You’d think if you were already in jail on two charges of unauthorized practice of law, you’d be extra careful not to go down that particular road again. But the Charleston Post Courier reports that while David Lee Edward Mitchell was a guest of the Charleston County jail, he allegedly decided to offer his self-professed legal expertise to a fellow inmate – again.
Mitchell is a minister who allegedly told at least three people he is a paralegal. Since Mitchell is not a lawyer, despite running an enterprise called The People’s Advocate, it is illegal for him to practice law or give legal advice. (Maybe no one told him paralegals can’t give legal advice either.)
Allegedly accepting $300 to assist a fellow inmate, who was not satisfied with his current court-appointed lawyer, led to Mitchell’s third UPL charge. (Perhaps in hindsight, the dissatisfied customer now better appreciates the fact that at least his court-appointed representative is a real lawyer.)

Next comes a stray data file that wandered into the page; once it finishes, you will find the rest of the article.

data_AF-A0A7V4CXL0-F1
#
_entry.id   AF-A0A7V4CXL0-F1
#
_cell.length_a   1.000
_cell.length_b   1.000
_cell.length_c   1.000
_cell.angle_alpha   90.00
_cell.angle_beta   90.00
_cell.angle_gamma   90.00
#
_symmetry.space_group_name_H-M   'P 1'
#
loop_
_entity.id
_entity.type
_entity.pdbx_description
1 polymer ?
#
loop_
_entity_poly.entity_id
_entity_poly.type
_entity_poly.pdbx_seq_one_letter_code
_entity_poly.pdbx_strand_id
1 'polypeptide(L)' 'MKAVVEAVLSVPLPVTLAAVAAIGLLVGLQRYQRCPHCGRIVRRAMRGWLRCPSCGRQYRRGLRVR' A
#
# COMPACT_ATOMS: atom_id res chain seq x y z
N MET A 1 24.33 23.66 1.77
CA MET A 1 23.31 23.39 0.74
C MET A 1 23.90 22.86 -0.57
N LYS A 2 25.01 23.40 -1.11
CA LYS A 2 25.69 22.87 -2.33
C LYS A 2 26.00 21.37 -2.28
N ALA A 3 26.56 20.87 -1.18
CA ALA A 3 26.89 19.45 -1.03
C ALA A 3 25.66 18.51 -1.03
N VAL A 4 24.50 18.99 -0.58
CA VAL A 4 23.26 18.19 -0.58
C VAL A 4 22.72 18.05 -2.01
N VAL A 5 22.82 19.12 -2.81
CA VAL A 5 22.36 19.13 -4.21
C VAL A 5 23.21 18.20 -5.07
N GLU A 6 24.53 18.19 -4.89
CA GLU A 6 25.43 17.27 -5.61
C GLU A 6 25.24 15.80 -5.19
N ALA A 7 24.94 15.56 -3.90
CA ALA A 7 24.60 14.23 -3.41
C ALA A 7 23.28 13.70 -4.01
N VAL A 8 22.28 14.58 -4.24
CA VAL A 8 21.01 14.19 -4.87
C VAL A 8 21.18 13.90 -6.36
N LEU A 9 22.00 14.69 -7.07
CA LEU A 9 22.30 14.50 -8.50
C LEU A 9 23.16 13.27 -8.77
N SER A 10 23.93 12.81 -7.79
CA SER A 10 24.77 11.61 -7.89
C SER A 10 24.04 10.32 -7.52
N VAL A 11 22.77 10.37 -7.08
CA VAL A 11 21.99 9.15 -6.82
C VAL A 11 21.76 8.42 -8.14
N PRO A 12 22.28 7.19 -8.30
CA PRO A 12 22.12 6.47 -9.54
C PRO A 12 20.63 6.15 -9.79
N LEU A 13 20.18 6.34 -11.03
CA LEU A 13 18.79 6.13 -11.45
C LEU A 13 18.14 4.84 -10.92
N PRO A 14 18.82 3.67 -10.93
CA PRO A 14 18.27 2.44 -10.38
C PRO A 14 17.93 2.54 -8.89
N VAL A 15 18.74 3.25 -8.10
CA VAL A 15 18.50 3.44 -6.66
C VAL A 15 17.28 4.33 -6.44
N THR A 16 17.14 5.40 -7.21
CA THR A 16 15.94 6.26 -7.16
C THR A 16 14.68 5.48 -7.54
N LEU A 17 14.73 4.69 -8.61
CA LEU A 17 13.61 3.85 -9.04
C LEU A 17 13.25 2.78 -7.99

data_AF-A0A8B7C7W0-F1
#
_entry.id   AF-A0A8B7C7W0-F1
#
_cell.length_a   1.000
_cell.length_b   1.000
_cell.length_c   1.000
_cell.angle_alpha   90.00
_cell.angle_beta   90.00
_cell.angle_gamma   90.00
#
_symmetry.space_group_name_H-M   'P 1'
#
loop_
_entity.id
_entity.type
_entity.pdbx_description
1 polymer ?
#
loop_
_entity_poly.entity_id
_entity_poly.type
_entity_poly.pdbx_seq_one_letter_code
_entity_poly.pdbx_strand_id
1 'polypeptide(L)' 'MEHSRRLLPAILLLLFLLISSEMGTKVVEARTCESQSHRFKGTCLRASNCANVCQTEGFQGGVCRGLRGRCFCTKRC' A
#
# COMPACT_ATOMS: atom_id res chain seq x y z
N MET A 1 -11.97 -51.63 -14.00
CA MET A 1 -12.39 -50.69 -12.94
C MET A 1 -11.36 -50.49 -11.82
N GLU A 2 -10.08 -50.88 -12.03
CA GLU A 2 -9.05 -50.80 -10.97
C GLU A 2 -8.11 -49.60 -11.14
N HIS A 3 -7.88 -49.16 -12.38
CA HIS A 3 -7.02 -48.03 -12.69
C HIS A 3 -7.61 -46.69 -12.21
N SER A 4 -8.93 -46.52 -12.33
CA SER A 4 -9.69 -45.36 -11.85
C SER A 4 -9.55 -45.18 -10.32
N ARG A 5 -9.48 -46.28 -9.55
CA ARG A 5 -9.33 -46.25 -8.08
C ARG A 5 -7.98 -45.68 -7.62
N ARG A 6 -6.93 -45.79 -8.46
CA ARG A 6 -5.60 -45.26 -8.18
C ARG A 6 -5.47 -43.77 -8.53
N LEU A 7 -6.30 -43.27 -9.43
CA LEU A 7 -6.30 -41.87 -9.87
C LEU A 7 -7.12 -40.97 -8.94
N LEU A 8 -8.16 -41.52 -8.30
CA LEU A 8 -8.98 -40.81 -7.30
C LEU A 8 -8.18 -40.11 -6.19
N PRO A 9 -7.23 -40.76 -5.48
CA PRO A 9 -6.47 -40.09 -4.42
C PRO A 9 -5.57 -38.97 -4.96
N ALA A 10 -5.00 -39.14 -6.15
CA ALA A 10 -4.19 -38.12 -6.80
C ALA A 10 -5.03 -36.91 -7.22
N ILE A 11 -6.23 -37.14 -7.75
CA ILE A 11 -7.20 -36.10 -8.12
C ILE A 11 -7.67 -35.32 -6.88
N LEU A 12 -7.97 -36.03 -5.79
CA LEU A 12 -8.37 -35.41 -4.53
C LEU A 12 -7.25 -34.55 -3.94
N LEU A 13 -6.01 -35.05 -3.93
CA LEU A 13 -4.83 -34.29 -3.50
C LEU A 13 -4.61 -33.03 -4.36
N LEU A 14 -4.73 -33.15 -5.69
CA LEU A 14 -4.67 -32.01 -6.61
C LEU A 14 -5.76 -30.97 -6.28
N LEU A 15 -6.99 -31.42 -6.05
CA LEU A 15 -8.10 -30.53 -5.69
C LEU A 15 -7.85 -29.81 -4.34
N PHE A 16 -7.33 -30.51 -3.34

As a result of the new charge, Mitchell’s total bond has been increased to $150,000. The Courier reports:
As a condition of the bond, Mitchell also cannot appear within one block of any jail in South Carolina, or give advice under the guise of being a lawyer, paralegal or legal expert.
This language confuses me a bit. If Mitchell cannot pay his bond, or is jailed again on allegations of UPL, how can he avoid the restriction not to appear within a mile of any South Carolina jail?
Just sayin’ .